Apple announced yesterday that Mac OS X 10.5, code/marketing-named “Leopard,” will not ship in Spring as promised, but will instead ship in October. (Confoundingly, the “Hot News” item at Apple doesn’t even have its own link, naked among the other public relations tidbits. Perhaps a sign that they’re not proud of the statement).
The announcement caps off a season of speculation alleging fluctuations in Leopard’s ship date. While early 2007 brought us lunatics predicting a March release, more recent speculation has hinted that a substantial delay was inevitable. This theory was soundly rejected by Apple less than three weeks ago, in a response to what turned out to be quite an accurate preview of the brutal truth.
The news has inspired reactions by respected Mac OS X developers (Gus Mueller, Brent Simmons, David Weiss, among others) and users (David Chartier, John Gruber, the Macalope, and many, many others). But while these people offer intelligent views on the relative pros and cons of the delay and its consequences to ordinary people, I don’t see much reaction to the core problems in Apple’s confession. I envision a bunch of PR folks sitting in an office toiling with the fact that they’ll have to break this unfortunate news. What to do, what to do. One of them has the brilliant idea that they can simply “blame” the iPhone. By blaming a problem on what’s widely perceived by the public to as a success, it will somehow make the company appear mature and well-reasoned in its decisions. Something more excusable than a company that occasionally fails to work a miracle. And somehow this idea made its way through some review process and all the way to public release. In stark contrast to Steve Jobs’s brilliantly candid Thoughts On Music, this statement sounds made-up and poorly thought-out. Bluntly crafted, sleazy marketing bullshit.
The best we can hope for is that it is only sleazy marketing bullshit. Because if what Apple’s telling us is true, then they’ve confessed something tragic: they’re incapable of building more than one amazing product at a time. The iPhone looks like it will be an amazing product, but if Apple can’t keep an OS team focused and operational at the same time as they keep a cell phone team hacking away, then the company is destined for extremely rough waters as it attempts to expand the scope of its product line.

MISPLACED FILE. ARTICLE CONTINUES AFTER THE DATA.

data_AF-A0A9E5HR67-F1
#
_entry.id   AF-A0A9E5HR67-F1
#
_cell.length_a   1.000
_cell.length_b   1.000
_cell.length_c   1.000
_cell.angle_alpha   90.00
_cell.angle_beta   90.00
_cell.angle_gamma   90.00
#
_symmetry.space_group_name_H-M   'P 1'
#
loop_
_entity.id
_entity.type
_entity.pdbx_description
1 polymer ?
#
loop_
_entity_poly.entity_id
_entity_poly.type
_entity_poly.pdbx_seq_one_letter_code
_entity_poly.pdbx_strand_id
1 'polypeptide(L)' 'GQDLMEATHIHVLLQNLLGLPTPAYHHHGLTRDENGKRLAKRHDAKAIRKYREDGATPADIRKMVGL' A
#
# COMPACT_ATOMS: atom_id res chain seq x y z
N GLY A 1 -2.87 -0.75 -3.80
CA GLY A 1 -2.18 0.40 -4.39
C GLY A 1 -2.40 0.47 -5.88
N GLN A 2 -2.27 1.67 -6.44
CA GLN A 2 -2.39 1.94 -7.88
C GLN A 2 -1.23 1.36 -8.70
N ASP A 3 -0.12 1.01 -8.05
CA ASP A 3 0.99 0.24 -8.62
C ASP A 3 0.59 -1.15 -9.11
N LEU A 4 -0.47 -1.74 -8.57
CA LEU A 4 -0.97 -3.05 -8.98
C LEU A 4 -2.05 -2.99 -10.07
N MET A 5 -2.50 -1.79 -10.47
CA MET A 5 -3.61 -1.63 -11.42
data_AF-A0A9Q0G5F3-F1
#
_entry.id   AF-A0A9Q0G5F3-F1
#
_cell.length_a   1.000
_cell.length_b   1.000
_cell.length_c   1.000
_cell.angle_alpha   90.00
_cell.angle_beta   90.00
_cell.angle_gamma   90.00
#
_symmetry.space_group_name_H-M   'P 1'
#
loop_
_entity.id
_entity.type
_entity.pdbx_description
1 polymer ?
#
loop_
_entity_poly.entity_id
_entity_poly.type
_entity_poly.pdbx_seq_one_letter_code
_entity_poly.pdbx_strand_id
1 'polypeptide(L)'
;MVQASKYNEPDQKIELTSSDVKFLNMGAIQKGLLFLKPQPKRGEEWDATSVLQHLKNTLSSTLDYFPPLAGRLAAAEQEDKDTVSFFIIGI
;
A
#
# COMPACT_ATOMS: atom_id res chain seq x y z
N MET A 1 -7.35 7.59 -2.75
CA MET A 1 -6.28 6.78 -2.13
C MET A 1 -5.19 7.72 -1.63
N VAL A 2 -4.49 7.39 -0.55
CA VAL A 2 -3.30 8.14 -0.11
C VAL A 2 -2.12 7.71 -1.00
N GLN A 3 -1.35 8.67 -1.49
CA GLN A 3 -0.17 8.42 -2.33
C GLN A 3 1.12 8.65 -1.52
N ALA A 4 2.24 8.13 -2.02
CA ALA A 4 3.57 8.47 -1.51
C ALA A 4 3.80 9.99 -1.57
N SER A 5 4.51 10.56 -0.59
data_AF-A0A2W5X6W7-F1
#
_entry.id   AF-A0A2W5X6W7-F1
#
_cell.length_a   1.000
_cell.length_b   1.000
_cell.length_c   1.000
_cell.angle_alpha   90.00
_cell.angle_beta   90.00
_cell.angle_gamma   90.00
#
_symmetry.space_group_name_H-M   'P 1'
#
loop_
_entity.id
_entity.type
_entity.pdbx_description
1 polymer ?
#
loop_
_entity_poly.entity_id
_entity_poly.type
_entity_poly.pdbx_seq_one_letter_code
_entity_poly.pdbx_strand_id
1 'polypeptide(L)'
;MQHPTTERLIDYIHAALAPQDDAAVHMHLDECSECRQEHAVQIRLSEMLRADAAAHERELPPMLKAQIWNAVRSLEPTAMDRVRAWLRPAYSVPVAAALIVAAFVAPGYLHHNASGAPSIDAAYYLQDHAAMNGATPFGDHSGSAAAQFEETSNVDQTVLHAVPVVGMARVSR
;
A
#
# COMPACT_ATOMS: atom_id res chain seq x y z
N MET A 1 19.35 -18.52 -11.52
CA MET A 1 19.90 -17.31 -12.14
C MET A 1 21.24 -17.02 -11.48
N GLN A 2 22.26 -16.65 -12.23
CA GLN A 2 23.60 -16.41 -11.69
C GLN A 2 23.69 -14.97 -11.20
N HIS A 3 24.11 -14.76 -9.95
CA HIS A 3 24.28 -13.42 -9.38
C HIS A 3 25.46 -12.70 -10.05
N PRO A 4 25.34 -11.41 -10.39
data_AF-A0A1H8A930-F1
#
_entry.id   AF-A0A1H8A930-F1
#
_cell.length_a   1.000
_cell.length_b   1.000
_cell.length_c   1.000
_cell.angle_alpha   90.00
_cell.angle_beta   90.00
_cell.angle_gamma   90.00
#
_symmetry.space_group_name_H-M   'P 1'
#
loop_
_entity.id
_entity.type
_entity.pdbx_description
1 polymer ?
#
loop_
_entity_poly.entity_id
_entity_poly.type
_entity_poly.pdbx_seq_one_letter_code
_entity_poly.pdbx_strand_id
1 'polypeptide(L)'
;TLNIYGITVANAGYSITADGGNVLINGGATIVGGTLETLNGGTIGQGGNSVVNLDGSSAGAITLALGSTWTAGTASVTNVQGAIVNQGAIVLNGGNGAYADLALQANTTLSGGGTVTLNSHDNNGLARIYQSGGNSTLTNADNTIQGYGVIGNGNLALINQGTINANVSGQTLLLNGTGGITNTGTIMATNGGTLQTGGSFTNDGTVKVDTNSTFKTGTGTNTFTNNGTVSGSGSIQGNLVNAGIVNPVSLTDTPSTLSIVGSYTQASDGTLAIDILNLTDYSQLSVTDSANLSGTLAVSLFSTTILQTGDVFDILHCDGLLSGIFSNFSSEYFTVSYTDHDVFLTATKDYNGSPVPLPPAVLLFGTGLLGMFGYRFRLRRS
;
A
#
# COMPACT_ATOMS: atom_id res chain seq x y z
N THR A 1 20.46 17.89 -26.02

What happens when the phone takes off, and Apple’s stuck following through on their Mac OS X commitments? “Sorry, no iPhone 2.0 until 2009 – we’ve had to move everybody back to OS X!” Needless to say, even with the apparent comingling of iPhone and iPod technologies, this situation leaves me unable to speculate as to when a dramatically new iPod might find time to be developed in this environment.
If Apple is truly so strapped for talent that they can’t focus on more than one product at once, then it’s a symptom of a sickness within the company. Perhaps they’ve regained success too quickly. If a company with a market capitalization of $80 Billion, and a cash account of at least $6 Billion, cannot hire enough people to build three of the hottest, most demanded products in consumer electronics (the iPod, the Mac, and the iPhone, if it’s not obvious), then maybe it’s time to reevaluate their modus operandi for attracting and retaining talent.
The first thing Apple should do is go global. Their products are universally renowned, yet the company requires the vast majority of its engineering teams to live and work in California – in a suburban, high-cost area of California, at that. Sure, Apple has a few small teams scattered around the world, but mostly as side-effects of specific acquisitions. The message to all Mac developers I know is being heard loud and clear: if you want to be part of this revolution, you’ll have to move to Cupertino. By limiting the company’s ranks primarily to those people willing to live in this one particular geographical location, they shut down their ability to attract a huge number of talented individuals.
If Apple’s having trouble growing its ranks of geniuses, the solution may require something that no amount of cash or stock can buy: a change of attitude.